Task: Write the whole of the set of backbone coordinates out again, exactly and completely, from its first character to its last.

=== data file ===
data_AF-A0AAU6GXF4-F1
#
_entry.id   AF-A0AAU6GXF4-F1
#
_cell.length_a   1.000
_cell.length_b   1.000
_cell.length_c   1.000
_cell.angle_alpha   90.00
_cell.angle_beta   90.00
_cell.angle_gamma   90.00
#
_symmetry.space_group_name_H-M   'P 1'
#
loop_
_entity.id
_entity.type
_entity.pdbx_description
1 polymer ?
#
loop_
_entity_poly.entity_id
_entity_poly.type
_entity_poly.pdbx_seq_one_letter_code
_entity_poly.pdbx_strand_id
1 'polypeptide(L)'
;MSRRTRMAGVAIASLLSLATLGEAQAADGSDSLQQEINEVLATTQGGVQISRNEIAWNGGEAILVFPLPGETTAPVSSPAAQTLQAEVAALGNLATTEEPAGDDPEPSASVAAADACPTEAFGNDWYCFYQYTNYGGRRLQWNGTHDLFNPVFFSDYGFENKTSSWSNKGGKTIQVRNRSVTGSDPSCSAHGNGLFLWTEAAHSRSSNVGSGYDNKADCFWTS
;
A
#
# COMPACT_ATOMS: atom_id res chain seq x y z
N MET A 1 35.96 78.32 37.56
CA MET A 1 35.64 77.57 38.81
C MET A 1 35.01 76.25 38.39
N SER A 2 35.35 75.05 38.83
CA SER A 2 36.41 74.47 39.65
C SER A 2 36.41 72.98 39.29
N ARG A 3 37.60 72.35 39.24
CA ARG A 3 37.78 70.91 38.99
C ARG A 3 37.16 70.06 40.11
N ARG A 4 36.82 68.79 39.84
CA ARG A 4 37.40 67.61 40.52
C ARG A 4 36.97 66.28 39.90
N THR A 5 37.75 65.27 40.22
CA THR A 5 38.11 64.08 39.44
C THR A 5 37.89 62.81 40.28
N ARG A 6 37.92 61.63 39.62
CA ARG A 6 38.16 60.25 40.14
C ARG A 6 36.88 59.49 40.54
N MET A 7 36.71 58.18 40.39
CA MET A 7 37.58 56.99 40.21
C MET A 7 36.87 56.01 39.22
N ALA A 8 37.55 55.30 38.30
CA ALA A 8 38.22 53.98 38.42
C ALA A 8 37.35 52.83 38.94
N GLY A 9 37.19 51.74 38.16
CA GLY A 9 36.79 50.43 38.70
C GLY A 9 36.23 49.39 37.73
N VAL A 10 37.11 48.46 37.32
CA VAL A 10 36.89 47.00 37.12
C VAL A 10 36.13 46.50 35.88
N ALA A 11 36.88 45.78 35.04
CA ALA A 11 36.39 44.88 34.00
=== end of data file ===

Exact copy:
data_AF-A0AAU6GXF4-F1
#
_entry.id   AF-A0AAU6GXF4-F1
#
_cell.length_a   1.000
_cell.length_b   1.000
_cell.length_c   1.000
_cell.angle_alpha   90.00
_cell.angle_beta   90.00
_cell.angle_gamma   90.00
#
_symmetry.space_group_name_H-M   'P 1'
#
loop_
_entity.id
_entity.type
_entity.pdbx_description
1 polymer ?
#
loop_
_entity_poly.entity_id
_entity_poly.type
_entity_poly.pdbx_seq_one_letter_code
_entity_poly.pdbx_strand_id
1 'polypeptide(L)'
;MSRRTRMAGVAIASLLSLATLGEAQAADGSDSLQQEINEVLATTQGGVQISRNEIAWNGGEAILVFPLPGETTAPVSSPAAQTLQAEVAALGNLATTEEPAGDDPEPSASVAAADACPTEAFGNDWYCFYQYTNYGGRRLQWNGTHDLFNPVFFSDYGFENKTSSWSNKGGKTIQVRNRSVTGSDPSCSAHGNGLFLWTEAAHSRSSNVGSGYDNKADCFWTS
;
A
#
# COMPACT_ATOMS: atom_id res chain seq x y z
N MET A 1 35.96 78.32 37.56
CA MET A 1 35.64 77.57 38.81
C MET A 1 35.01 76.25 38.39
N SER A 2 35.35 75.05 38.83
CA SER A 2 36.41 74.47 39.65
C SER A 2 36.41 72.98 39.29
N ARG A 3 37.60 72.35 39.24
CA ARG A 3 37.78 70.91 38.99
C ARG A 3 37.16 70.06 40.11
N ARG A 4 36.82 68.79 39.84
CA ARG A 4 37.40 67.61 40.52
C ARG A 4 36.97 66.28 39.90
N THR A 5 37.75 65.27 40.22
CA THR A 5 38.11 64.08 39.44
C THR A 5 37.89 62.81 40.28
N ARG A 6 37.92 61.63 39.62
CA ARG A 6 38.16 60.25 40.14
C ARG A 6 36.88 59.49 40.54
N MET A 7 36.71 58.18 40.39
CA MET A 7 37.58 56.99 40.21
C MET A 7 36.87 56.01 39.22
N ALA A 8 37.55 55.30 38.30
CA ALA A 8 38.22 53.98 38.42
C ALA A 8 37.35 52.83 38.94
N GLY A 9 37.19 51.74 38.16
CA GLY A 9 36.79 50.43 38.70
C GLY A 9 36.23 49.39 37.73
N VAL A 10 37.11 48.46 37.32
CA VAL A 10 36.89 47.00 37.12
C VAL A 10 36.13 46.50 35.88
N ALA A 11 36.88 45.78 35.04
CA ALA A 11 36.39 44.88 34.00